Basics: Numerical Calculations

**Pre Reqs:** [Kinematics](, [Momentum Principle](…)

What are "numerical calculations"? Why are they in the "basics"? I will give you really brief answer and then a more detailed answer. Numerical calculations (also called many other things - like computational physics) takes a problem and breaks into a WHOLE bunch of smaller easier problems. This is great for computers ([or a whole bunch of 8th graders](…)) because computers don't mind doing lots of little problems. Why are they "basic"? Well, most text would say they are not basic. I disagree. I think this is a legitimate method for solving problems. In particular, this is a great way of solving problems that can not be solved analytically (meaning solving one hard problem).

**Numerical Calculations are Theoretical Calculations**

Let me just get this out of the way. Numerical calculations and analytical calculations are really in the same "class". Often people will lump numerical in with "computational experiment" but that is a really bad thing to do. Some others will claim that there are three different "paths" to discover stuff in science: theory, experiment, and simulations. Simulations are the same thing as numerical calculations which are the same as theory. ([I wrote a letter about this in the American Journal of Physics](…))

**Example Problem**

Let me start with a problem that can be solved analytically. Suppose I have a ball of mass 0.5 kg and I throw this straight up with a speed of 10 m/s. How high will it go?

**Analytical Solution:**

First, let me draw a free body diagram for the ball while it is in the air.

![Screenshot 01](…)

Yes, this is correct. Even though the ball is moving up, or if it is at the highest point, or if it is on the way down, there is only one force on it (neglecting air resistance, we can add that later). Remember your training. What is touching the ball? Nothing. What long range forces are on the ball? Just the gravitational force of the Earth. If you were in class with Aristotle, he would probably come up with something like *"If it is moving up, it still has some of the force of the hand on the ball."* Don't listen to him. He thinks he is a Jedi.

Ok, so how do you find out how high this will go? I am not going to do this the obvious way. The obvious way is to use the kinematics equations and assume that the acceleration is 9.8 m/s2 in the downward direction. Not going to do that. I am going to start with the momentum principle. I will write it as:

![Screenshot 02](…)

Since the only motion and only force are in the y-direction (I am calling up as the positive y direction) I can write the following scalar equation:

![Screenshot 03](…)

Notice that I went ahead and put the gravitational force as -mg where g is the local gravitational field (that is what I like to call it) and has a value of 9.8 Newtons/kg. So, what do I do with this equation? Well, there is something I know. I know the initial momentum (it was shot up at 10 m/s) AND I know the final momentum at the highest point is 0 kgm/s (because at the highest point, it stops for an instant). I can use this to find the time it take to get to the highest point.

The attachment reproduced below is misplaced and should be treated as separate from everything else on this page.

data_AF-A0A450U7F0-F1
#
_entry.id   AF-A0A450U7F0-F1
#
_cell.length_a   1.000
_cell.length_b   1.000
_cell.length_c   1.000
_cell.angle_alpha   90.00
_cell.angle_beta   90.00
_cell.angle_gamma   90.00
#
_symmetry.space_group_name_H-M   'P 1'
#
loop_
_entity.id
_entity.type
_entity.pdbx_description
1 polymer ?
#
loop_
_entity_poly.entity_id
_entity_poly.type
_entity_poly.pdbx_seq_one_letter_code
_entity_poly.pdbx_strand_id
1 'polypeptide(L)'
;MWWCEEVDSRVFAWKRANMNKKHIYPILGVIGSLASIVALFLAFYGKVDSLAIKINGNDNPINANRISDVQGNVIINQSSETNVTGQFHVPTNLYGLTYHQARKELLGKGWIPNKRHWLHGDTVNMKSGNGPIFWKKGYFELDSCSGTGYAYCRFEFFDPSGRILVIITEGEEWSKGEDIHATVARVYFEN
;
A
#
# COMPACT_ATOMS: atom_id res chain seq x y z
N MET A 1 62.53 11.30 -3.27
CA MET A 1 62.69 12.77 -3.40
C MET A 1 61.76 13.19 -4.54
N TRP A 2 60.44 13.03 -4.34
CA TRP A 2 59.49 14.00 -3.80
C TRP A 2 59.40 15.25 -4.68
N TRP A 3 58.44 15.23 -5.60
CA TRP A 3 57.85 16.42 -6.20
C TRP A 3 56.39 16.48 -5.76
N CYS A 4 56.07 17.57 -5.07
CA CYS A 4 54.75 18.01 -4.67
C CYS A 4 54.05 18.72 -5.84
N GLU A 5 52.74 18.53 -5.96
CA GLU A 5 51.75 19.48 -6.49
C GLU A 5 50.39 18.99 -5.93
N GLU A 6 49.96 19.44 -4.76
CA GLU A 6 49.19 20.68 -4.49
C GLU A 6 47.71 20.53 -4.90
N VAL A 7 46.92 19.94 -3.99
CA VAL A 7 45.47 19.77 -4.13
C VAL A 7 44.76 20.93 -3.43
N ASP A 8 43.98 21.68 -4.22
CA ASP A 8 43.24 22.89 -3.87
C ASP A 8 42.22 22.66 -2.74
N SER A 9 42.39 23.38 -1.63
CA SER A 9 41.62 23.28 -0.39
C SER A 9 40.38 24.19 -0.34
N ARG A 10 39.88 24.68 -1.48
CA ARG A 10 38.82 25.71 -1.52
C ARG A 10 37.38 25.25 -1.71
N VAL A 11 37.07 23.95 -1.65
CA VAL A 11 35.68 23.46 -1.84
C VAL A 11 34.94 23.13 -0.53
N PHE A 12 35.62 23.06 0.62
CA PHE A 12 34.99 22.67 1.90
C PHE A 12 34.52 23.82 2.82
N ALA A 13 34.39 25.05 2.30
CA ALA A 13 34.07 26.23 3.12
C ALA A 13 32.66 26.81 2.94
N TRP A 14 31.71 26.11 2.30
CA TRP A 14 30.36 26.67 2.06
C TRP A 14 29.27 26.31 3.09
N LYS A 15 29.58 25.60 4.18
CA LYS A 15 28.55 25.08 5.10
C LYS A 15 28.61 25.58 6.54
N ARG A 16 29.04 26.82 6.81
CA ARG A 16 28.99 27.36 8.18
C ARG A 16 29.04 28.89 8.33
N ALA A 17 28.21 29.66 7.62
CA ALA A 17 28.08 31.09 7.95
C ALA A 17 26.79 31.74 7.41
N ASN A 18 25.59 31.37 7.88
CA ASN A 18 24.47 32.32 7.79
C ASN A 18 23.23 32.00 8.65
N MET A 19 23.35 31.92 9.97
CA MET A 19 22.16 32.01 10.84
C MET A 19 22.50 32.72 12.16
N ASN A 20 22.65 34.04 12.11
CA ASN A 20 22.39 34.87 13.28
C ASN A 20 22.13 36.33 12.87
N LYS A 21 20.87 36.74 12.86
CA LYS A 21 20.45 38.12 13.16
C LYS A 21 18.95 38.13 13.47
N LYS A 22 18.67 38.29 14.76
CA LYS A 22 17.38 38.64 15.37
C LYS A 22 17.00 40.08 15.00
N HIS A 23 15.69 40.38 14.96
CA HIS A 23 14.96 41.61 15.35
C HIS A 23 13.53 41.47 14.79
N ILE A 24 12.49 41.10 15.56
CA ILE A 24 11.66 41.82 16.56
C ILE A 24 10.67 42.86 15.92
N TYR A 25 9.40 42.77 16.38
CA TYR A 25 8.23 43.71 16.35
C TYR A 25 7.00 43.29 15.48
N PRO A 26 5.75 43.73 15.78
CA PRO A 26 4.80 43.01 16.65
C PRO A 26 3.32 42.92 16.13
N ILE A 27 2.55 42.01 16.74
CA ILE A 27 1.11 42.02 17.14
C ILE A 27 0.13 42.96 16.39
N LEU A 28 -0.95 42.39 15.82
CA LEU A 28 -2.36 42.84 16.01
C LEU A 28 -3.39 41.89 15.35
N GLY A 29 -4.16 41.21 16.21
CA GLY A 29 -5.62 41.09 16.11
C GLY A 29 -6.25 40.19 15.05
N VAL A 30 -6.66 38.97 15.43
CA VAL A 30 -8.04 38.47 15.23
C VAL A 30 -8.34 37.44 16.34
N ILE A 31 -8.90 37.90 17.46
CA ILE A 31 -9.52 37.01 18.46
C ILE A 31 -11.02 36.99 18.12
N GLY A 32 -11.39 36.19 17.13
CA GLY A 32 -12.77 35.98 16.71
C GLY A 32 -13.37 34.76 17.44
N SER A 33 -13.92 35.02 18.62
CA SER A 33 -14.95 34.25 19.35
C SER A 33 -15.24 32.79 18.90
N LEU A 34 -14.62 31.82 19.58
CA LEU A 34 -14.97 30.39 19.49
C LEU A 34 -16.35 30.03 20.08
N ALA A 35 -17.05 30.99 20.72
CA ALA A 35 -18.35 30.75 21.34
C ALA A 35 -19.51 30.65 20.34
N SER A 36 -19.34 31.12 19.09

![Screenshot 04](…)

First, this is clearly going to be a positive value (good for time). I am calling the initial velocity and momentum by putting a subscript (1). Yes, I should have put units on the zero final momentum, but I am lazy. Ok. So, I have the TIME it takes to get to the highest point, but that is not what the question asked. Here I can use a small "trick". If the force is constant, the momentum (and thus velocity) change at a constant rate. Then:

![Screenshot 07](…)

If I choose the ground to be the origin so that the initial y is zero, then solving for the final y (y2)

![Screenshot 08](…)

Now putting in what I found for the change in time from above:

![Screenshot 09](…)

Now, if I want to put in some numbers, I can:

![Screenshot 10](…)

I know what you are going to say: "you are doing it wrong. That is way more difficult than it needs to be. Just use the kinematic equation." Well, there is nothing wrong with this method. I like it, it starts from more fundamental ideas than the kinematic equation you are referring to (I know the one).

**Numerical Solution**

What if I wanted to do this numerically? Well, the key is to break this into a whole bunch of little steps. This is such an easy example that anything can be used. I am going to show how to do this in a spreadsheet - though typically I like to use [vpython]( I am not going to give a real intro to spreadsheets, but if you are not familiar with them maybe this will help.

First, I am going to set up my constants and variables:

![Screenshot 11](…)

A couple of notes on this first step.

  • Computers are stupid. I am sorry, but it is true. They really don't know much. They don't know the units. I wrote them down on the side, but the computer is just going to crunch the numbers. It is my (the human) responsibility to make sure the units are correct. I wrote them to the side, just for us humans.
  • The momentum is actually calculated as 10*mass (it is good to get in a practice of calculating everything that you can).
  • There are only 3 variables. Time, momentum (in the y-direction), and y position. You might need more for more complicated problems.
  • What is "dt"? dt is the "time step" this is how long in time each step is. You will see.